It was, presumably, an attempt to assert their claim of sovereignty over an expanse of open sea reaching from their shores most of the way to Italy. To the U.S. Navy, it was a matter of keeping the open seas open. To the Navy pilots, it was a reflexive response to shoot when shot at. Sensible people never take pleasure in seeing these weapons used. There will be, necessarily, much inquiry into the origin of this incident, and whether it might have been avoided. The question is altogether proper, but it may well turn out that, realistically, there was no way to avoid this kind of collision with the world's most utterly reckless government.
The Libyans, under the energetic leadership of Col. Muammar Qaddafi, are running a sort of pirate kingdom that recognizes no law but its own. It is characterized by unbounded ambition, extreme naivete and the inordinate wealth generated by its oil fields. That's an uncomfortable combination, particularly for the countries nearby. Libya's troops have pushed down into its defenseless neighbors in central Africa. The Sudanese have openly called for the overthrow of Col. Qaddafi. His feud with Egypt, which he once tried to invade, has gone on for years. In several European countries, as well as in the United States, the Libyans have been running-- usually through their diplomatic missions--a systematic campaign of assassination of the colonel's enemies. Some of the oil money is being used to buy an immense arsenal of advanced weapons. Some of it is being used to try to develop nuclear weapons. Libyan purposes and practices cut across the basic rules of civilized conduct at so many points that yesterday's exchange of fire is, unfortunately, merely part of a larger pattern.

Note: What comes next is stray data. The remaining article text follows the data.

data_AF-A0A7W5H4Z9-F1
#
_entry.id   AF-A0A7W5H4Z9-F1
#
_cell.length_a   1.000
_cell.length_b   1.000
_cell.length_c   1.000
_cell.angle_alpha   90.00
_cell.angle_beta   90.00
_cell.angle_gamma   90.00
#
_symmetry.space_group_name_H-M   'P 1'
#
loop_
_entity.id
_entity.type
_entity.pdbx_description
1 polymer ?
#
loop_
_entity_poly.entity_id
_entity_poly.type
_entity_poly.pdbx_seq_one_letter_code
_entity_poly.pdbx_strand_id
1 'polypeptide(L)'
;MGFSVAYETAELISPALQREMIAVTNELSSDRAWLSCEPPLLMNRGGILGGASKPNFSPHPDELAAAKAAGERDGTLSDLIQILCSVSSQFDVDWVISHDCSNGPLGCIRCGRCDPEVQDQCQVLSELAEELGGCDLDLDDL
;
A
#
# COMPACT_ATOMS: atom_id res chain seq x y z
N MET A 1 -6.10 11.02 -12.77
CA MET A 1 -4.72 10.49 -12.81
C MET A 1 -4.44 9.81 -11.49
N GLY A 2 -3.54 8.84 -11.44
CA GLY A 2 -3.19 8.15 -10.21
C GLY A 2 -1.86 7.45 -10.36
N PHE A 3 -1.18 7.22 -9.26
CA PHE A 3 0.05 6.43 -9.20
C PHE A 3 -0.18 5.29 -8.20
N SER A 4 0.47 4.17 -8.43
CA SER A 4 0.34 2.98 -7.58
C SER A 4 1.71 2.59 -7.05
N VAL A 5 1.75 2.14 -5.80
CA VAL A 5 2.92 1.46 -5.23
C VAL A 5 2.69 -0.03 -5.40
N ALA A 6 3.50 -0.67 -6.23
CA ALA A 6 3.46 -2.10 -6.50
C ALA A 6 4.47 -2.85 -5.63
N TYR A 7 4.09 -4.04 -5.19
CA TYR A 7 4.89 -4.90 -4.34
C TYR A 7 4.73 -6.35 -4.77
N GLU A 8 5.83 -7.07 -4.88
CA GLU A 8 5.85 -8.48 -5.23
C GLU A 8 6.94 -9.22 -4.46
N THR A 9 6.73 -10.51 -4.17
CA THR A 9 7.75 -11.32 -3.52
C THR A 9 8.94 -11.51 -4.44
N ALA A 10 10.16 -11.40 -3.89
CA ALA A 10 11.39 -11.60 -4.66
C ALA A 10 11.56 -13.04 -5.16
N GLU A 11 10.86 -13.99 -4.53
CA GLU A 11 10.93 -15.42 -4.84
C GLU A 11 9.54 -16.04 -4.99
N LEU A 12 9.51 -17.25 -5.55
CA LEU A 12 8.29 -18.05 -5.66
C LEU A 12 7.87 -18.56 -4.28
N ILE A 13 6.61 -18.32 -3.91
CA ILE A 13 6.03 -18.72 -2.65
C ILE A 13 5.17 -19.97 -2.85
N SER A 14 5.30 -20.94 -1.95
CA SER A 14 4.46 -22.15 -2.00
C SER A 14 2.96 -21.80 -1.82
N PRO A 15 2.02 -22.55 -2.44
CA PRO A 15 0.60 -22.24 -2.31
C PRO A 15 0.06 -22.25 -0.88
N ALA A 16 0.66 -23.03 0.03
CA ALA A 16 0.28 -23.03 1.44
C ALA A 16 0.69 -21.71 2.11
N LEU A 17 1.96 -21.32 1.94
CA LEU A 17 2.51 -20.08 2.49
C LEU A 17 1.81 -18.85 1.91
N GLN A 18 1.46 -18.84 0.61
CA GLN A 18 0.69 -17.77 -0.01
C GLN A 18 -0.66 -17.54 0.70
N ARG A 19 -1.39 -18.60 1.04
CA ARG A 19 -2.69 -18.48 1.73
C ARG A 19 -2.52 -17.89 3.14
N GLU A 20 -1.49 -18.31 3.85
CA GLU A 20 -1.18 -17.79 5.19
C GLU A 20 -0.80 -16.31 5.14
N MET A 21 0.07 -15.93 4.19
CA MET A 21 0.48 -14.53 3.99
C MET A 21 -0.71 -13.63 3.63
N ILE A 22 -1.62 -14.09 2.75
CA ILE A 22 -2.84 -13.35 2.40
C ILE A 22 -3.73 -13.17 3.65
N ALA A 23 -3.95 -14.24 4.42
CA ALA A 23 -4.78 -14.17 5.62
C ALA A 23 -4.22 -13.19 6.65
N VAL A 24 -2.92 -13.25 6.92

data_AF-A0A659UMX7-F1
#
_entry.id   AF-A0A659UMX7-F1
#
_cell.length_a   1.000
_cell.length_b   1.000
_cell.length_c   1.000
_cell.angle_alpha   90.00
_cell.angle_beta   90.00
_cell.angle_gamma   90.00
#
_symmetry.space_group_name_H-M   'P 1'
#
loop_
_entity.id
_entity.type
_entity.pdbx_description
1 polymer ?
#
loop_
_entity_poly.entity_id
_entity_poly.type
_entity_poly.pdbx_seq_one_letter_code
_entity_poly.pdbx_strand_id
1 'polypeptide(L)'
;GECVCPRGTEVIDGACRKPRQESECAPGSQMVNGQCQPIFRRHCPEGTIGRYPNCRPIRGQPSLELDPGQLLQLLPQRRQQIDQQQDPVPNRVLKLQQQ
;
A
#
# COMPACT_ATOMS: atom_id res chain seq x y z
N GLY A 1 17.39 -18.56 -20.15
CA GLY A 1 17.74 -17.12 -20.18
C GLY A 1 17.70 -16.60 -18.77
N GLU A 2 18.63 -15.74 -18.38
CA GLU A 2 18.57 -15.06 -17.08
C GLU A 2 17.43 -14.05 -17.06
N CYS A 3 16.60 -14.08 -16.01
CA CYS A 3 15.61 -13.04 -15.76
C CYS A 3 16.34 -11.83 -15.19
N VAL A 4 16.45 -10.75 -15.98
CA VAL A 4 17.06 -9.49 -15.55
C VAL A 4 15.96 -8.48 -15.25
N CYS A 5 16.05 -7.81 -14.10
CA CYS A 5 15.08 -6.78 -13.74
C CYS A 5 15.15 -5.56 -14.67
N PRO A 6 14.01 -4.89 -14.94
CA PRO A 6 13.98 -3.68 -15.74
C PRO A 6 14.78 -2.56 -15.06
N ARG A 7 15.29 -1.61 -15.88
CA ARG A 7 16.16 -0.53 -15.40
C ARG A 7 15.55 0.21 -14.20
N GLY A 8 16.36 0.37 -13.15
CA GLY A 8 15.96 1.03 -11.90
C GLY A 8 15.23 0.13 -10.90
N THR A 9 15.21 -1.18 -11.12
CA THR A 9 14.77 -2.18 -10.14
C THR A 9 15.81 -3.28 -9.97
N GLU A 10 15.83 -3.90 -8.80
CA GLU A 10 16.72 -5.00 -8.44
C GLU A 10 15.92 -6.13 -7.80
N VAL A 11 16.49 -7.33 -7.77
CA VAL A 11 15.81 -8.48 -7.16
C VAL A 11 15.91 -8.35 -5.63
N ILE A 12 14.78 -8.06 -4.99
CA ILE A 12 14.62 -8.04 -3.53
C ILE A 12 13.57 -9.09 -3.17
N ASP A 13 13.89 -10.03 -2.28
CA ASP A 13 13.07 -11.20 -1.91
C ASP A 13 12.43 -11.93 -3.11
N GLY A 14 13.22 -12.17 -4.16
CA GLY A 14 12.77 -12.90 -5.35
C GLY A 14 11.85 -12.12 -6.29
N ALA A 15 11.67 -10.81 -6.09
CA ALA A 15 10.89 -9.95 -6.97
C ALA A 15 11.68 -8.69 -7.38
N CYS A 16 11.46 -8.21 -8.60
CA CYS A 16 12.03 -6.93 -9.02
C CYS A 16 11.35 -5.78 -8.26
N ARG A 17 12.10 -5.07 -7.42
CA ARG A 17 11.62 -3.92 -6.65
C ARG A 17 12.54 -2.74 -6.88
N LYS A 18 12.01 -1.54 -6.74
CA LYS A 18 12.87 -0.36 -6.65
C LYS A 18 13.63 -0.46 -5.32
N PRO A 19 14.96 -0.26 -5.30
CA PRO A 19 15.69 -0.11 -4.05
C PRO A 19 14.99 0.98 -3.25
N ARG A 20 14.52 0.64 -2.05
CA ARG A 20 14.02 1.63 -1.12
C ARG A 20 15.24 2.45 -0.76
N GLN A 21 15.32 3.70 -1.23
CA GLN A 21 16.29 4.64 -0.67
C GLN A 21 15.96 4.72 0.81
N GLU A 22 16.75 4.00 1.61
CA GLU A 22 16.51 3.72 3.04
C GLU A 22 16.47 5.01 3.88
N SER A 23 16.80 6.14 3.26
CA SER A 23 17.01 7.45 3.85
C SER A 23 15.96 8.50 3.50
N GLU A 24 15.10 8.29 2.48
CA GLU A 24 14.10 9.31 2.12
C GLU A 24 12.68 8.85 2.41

Further questions: What, precisely, was the Libyans' purpose in sending out the planes? Why use these Soviet planes, inferior to the American fighters, when Libya has better ones? Why, after a number of Libyan planes approached the carrier force and veered off, did one of them choose to fire? Can it be proved that the Libyan fired first? Who, incidentally, was flying those planes? Not many of Libya's jet pilots are Libyans.
A decent respect for international law--on the American side, if not Libya's--requires an earnest effort to extract as many answers, publicly, as possible. But there is no country anywhere that will have less benefit of anybody's doubt than Libya. The single useful purpose that the Qaddafi regime serves is to remind people what the world would be like if there were no law, and no law enforcement, among nations.